Authored by: Andrea Vasquez & Susan Scrivener for MDRC
Topics: Attendance, Child welfare, Community development, Education, Grade-level proficiency, Post-secondary, Workforce development
Shared by Housing Is on Mar 4, 2021
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Community:

Authored by:
Topics:
Shared by Housing Is on Feb 18, 2021
New Community | Feb 18, 2021

CDP Sub-Grantees

Through CLPHA’s grant from the Center for Disaster Philanthropy’s (CDP) COVID-19 Response Fund, ten sub-grants were given to member PHAs across the country to meet the ongoing needs of residents during this pandemic. Recipients will use their grants to meet immediate and locally defined needs in the areas of public health, education, employment, and basic urgent needs of their residents that have been exacerbated by COVID-19 for a wide range of projects.
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Podcast
Community:
Jan 13, 2021
On a day-to-day basis, vulnerable populations suffer from inequities in health, wealth, and education. These same people are then disproportionately impacted by catastrophes ranging from hurricanes to COVID-19, which only serve to underline the great and urgent need for equity across race, gender, and income. In the latest episode of The Intersect, Madeline Colety and Lorine Giangola discuss how Abt’s housing and resilience work is helping clients promote equity.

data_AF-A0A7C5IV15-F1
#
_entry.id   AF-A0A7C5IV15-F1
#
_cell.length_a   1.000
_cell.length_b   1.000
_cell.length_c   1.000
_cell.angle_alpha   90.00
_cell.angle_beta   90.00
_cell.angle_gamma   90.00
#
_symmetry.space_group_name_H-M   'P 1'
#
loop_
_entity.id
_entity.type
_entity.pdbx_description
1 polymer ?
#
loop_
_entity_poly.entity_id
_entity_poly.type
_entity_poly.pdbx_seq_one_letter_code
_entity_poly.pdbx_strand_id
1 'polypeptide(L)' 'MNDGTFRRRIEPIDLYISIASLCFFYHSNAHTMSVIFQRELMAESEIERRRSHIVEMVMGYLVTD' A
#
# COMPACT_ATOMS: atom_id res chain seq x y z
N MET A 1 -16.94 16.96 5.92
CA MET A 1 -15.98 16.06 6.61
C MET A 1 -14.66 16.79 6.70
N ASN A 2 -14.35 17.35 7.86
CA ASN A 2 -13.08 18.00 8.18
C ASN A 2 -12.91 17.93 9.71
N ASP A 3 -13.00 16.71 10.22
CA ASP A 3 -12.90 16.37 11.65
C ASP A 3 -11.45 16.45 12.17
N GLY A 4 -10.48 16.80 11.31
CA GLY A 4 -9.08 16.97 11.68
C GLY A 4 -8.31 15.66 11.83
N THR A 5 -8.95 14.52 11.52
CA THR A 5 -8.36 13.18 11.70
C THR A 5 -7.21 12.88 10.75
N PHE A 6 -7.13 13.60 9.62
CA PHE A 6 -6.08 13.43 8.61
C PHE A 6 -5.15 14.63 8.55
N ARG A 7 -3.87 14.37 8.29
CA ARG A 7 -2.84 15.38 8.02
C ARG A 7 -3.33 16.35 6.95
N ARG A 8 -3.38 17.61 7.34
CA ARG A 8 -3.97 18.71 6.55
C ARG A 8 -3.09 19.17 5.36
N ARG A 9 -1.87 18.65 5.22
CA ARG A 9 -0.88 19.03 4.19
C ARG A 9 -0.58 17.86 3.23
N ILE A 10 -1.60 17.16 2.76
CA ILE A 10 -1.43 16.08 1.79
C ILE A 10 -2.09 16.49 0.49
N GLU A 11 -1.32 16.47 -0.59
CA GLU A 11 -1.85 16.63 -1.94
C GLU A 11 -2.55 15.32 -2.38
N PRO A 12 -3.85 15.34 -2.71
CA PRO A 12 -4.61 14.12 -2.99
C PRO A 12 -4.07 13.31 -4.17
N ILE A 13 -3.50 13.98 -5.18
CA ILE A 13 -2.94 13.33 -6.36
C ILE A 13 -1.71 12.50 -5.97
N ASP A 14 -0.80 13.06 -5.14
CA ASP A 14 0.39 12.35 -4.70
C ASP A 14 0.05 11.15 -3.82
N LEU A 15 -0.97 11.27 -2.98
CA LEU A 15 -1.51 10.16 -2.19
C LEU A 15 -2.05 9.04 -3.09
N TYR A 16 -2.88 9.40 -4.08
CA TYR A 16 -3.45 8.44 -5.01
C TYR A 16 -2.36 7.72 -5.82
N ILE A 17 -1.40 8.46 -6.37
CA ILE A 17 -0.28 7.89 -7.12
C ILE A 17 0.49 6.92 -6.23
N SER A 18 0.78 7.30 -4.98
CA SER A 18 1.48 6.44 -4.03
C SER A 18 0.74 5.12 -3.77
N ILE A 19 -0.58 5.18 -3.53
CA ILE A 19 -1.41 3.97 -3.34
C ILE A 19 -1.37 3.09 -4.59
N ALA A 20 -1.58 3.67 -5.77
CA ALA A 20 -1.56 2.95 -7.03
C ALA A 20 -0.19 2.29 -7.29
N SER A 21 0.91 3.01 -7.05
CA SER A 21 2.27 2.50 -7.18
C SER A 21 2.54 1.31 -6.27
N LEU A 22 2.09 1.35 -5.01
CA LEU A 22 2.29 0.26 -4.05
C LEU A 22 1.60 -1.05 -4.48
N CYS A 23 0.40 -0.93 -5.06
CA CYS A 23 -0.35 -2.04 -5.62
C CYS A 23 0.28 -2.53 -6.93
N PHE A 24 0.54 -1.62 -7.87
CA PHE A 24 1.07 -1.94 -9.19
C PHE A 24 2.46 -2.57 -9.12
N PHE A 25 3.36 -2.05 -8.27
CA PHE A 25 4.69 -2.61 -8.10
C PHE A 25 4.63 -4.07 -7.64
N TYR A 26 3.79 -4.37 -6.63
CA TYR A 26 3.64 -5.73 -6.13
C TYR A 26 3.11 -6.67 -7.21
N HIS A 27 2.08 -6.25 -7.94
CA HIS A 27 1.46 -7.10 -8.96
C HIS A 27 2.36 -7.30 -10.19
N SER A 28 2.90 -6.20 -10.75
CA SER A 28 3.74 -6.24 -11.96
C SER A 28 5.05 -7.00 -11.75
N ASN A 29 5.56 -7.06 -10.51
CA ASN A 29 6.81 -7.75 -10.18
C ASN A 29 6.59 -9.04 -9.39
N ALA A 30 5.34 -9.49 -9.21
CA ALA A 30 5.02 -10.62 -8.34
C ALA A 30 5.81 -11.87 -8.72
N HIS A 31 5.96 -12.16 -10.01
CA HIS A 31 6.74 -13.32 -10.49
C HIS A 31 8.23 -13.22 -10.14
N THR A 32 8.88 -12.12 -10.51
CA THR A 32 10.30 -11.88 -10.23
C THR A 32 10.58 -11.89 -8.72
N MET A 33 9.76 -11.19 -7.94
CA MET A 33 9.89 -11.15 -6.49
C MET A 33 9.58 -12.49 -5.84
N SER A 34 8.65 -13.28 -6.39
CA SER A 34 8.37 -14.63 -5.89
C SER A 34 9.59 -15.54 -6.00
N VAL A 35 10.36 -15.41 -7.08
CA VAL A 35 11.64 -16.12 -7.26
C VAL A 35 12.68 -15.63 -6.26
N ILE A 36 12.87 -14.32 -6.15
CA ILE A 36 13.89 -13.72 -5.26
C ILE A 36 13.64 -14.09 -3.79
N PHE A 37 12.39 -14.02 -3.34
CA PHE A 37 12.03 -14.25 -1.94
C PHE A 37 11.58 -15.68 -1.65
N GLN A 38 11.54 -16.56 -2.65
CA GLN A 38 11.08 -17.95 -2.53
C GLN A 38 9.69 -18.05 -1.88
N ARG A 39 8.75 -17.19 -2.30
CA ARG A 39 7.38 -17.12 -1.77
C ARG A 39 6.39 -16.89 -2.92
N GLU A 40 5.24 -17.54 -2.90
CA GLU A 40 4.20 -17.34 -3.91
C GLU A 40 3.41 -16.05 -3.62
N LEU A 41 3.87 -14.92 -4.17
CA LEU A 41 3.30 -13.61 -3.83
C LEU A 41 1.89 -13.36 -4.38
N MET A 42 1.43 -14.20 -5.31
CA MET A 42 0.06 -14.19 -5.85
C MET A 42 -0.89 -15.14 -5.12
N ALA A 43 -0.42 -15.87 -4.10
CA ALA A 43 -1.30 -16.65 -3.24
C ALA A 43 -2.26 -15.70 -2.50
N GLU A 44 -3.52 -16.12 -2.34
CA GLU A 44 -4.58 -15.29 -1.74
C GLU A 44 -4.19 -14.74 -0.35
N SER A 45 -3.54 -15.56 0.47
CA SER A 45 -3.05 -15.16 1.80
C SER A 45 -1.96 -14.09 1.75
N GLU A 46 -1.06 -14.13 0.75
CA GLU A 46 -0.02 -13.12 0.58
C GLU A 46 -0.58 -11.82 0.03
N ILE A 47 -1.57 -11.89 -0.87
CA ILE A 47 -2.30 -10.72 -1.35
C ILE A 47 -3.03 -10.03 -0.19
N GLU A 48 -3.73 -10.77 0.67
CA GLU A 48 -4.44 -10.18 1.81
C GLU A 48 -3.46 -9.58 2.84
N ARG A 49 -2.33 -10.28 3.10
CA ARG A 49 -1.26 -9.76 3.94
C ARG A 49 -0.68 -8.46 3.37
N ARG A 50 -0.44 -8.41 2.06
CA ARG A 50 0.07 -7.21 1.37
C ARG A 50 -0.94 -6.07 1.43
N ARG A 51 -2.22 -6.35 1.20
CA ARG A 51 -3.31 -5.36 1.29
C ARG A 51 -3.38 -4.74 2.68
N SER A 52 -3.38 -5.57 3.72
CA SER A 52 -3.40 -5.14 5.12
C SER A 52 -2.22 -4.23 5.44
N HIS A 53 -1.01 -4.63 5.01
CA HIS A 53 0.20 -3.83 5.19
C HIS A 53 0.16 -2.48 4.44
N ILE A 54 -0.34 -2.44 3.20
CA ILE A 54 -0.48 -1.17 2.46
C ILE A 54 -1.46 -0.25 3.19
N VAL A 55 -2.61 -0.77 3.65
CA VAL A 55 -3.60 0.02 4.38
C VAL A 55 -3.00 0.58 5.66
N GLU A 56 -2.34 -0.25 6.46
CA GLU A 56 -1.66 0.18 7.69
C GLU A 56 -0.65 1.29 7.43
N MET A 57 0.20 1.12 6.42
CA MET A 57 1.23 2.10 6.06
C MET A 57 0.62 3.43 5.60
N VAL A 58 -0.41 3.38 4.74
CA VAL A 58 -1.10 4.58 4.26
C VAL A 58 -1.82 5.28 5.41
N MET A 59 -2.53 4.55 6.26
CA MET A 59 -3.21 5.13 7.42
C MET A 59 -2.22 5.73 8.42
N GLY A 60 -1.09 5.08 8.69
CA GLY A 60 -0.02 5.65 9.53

Authored by: Madeline Colety & Lorine Giangola for ABT ASSOCIATES
Topics: Advocacy, Community development, Education, Food insecurity, Health, Healthy homes, Homelessness, Housing, Low-income, Partnerships, Racial inequalities
Shared by Housing Is on Jan 14, 2021
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Podcast
Community:
Nov 23, 2020
“Bending the Arc” explores the everyday work of creating inclusive, equitable and racially just communities. This podcast spotlights bold thinking and action by creative, passionate, experienced thinkers and actors from cities and communities around the US and Canada. In this new episode we talk with Dr. Clinton Boyd, Jr., a Postdoctoral Associate at the Samuel Dubois Cook Center on Social Equity at Duke University. In our conversation we touch on a wide range of topics including our personal journeys as Black fathers, the undervaluing of Black men in general versus the idolizing of Black male athletes and entertainers, and what Clinton has learned from his research, including the Dads2Kids home visiting project. Clinton and Dr. Deirdre Oakley of Georgia State University co-authored an essay for the What Works volume on the role of Black fathers in mixed-income communities.